"Thank You" got me thinking some more. My mother insisted that my sisters and I write notes of gratitude...even for gifts we didn't want. It was polite. It was important. It was communication, but I never really "learned" this lesson. I often forget to express simple thanks.
(Above, another little piece made using the embellisher.)
So many other blog writers don't forget. I've received dozens and dozens of "thank you" notes..."thank you for visiting my blog and leaving a message". Now, I've got all sorts of messages and haven't written a single word in reply. So....THANK YOU TO : Arlee, Nikki, Purple Missus, Alis, Stef, Anna, Doris, Kate, Maggie S, Micki, Corrine and Lizbeth (Altered Books Yahoo Group), Carol, Sue B, and my sister Wanda. In fact, thank you to everyone who's ever left a comment on my blog. I know I don't reply the way I should...the way I'd like to...the way I feel about comments....I'm a mess. I'll have to work on this childhood lesson!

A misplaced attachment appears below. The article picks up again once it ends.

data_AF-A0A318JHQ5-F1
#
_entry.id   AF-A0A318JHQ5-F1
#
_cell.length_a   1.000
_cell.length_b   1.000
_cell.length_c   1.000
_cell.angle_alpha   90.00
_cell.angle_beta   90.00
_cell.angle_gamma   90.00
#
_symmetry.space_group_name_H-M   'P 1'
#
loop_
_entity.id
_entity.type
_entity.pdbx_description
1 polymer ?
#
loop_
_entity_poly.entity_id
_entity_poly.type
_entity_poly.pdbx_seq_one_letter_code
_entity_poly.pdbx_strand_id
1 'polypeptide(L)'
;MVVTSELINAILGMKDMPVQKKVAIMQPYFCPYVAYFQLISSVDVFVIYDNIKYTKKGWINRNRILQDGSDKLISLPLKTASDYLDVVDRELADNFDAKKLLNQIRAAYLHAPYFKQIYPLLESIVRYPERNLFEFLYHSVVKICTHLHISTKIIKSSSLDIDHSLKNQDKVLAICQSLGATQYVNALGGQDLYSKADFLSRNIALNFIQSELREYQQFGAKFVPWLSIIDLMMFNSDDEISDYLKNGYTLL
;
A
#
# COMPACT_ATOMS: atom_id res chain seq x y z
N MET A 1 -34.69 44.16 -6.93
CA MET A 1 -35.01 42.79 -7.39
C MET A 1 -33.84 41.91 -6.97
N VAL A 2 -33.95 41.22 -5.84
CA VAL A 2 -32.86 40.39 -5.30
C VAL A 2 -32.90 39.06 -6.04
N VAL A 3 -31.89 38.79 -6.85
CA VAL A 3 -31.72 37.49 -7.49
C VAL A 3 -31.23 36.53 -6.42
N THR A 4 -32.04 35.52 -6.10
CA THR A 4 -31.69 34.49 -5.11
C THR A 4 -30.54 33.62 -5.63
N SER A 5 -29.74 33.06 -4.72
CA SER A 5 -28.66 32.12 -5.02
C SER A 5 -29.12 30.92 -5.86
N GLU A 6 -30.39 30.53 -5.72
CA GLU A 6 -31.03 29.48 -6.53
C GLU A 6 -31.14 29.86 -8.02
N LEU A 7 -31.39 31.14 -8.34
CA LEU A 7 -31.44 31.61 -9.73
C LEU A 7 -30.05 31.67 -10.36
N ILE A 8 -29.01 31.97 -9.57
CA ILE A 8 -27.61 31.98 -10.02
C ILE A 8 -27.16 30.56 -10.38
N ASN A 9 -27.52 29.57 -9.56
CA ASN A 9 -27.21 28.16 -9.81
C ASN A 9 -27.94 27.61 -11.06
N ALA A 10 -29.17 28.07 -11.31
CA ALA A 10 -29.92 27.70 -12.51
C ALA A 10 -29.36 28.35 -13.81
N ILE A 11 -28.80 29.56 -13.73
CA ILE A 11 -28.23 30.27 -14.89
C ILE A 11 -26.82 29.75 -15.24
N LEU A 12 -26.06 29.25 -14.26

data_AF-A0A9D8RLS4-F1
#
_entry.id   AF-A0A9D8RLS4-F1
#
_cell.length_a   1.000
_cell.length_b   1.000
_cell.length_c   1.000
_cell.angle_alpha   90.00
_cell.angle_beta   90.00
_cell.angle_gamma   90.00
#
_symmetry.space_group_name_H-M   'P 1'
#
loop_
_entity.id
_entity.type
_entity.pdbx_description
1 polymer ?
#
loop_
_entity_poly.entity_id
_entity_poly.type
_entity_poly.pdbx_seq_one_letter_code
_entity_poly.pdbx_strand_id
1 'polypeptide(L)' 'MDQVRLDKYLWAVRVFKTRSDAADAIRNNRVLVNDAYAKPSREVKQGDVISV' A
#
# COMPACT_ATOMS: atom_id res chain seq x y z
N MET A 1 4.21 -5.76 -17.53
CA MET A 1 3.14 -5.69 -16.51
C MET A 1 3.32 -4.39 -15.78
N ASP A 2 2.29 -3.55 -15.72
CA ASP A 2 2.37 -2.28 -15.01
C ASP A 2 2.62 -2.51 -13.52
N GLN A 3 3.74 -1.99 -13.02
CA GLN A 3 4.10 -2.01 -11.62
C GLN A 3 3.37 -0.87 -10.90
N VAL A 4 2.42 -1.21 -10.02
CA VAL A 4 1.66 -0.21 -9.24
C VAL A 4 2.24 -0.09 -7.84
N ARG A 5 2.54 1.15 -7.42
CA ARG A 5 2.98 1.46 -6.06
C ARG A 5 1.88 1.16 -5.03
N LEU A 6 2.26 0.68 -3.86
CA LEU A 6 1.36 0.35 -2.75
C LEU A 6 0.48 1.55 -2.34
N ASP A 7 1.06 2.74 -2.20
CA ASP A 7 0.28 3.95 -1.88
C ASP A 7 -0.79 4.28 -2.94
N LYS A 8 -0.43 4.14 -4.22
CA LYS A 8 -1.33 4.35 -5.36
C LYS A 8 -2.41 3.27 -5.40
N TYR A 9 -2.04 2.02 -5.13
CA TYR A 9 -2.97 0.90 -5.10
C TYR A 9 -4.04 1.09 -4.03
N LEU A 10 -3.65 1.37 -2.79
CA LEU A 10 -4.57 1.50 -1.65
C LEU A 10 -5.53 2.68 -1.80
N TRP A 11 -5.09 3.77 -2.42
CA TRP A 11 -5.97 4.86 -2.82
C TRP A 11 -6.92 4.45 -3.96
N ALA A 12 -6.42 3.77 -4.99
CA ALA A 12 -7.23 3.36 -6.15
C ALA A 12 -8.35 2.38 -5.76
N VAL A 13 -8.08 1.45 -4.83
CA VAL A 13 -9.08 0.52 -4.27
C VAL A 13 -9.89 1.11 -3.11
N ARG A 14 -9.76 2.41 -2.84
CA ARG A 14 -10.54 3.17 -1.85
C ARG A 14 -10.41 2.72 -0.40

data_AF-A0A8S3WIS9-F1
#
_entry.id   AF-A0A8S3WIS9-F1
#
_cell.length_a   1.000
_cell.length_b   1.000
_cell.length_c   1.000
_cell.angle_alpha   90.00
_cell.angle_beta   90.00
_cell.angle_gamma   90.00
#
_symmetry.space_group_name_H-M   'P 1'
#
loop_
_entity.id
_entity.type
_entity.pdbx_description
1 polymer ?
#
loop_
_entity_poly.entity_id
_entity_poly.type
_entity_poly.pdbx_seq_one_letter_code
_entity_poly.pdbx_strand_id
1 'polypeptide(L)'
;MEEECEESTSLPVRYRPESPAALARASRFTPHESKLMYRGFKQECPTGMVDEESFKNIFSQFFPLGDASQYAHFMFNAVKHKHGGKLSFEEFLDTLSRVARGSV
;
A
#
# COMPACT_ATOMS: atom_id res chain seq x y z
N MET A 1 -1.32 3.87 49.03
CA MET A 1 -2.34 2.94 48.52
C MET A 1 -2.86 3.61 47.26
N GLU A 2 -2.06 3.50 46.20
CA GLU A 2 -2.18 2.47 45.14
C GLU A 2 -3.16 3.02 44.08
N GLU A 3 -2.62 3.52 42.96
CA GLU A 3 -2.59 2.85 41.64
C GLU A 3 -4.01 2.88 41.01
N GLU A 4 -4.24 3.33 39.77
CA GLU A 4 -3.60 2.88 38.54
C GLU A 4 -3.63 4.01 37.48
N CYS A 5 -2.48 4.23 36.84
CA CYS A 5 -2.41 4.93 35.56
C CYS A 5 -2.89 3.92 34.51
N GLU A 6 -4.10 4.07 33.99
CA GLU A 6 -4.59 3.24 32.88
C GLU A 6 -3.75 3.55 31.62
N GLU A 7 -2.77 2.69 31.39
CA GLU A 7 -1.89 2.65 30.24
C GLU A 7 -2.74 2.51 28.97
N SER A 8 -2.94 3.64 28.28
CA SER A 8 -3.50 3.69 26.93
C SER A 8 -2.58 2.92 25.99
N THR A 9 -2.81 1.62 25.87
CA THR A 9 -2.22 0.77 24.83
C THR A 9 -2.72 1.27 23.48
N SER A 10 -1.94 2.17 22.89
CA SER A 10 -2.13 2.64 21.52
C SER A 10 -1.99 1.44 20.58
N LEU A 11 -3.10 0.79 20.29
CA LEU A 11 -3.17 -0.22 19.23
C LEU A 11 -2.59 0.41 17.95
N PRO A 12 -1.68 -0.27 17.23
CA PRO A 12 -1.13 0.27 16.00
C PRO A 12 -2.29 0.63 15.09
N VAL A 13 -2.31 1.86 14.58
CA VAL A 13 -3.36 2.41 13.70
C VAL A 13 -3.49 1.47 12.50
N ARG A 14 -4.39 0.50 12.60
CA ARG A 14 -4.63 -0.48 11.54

The most important THANK YOU, however, goes to Jacqueline. I admire her work greatly. It is incredible. Like me, she works, has a family, and is mounting an upcoming exhibition. Like me, she deals with the delicate balance of "time", "money", and "art". It is hard. Her comments and posts have given me so much to think about lately. One comment, in particular, really kept me focused. Jacqueline asked what I planned to do with my new embellisher. It was a very, very good question, a wise way to make me think.
(Above, llama and mohair scarves made with the embellisher.)